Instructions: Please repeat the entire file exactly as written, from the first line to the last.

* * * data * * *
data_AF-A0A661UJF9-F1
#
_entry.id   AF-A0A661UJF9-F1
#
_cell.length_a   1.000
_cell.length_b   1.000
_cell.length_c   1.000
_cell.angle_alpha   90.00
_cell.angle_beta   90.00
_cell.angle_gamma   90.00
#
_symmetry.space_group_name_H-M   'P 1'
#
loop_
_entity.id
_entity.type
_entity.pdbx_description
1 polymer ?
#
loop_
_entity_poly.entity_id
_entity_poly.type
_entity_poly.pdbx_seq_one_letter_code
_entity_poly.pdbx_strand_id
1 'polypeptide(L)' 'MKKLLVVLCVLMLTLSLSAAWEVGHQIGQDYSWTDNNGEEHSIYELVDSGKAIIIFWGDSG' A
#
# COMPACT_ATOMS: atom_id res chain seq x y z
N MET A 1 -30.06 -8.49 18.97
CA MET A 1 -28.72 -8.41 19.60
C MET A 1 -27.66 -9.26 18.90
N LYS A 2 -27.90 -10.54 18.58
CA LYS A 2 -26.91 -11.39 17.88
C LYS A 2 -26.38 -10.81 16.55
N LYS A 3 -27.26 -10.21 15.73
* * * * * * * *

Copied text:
data_AF-A0A661UJF9-F1
#
_entry.id   AF-A0A661UJF9-F1
#
_cell.length_a   1.000
_cell.length_b   1.000
_cell.length_c   1.000
_cell.angle_alpha   90.00
_cell.angle_beta   90.00
_cell.angle_gamma   90.00
#
_symmetry.space_group_name_H-M   'P 1'
#
loop_
_entity.id
_entity.type
_entity.pdbx_description
1 polymer ?
#
loop_
_entity_poly.entity_id
_entity_poly.type
_entity_poly.pdbx_seq_one_letter_code
_entity_poly.pdbx_strand_id
1 'polypeptide(L)' 'MKKLLVVLCVLMLTLSLSAAWEVGHQIGQDYSWTDNNGEEHSIYELVDSGKAIIIFWGDSG' A
#
# COMPACT_ATOMS: atom_id res chain seq x y z
N MET A 1 -30.06 -8.49 18.97
CA MET A 1 -28.72 -8.41 19.60
C MET A 1 -27.66 -9.26 18.90
N LYS A 2 -27.90 -10.54 18.58
CA LYS A 2 -26.91 -11.39 17.88
C LYS A 2 -26.38 -10.81 16.55
N LYS A 3 -27.26 -10.21 15.73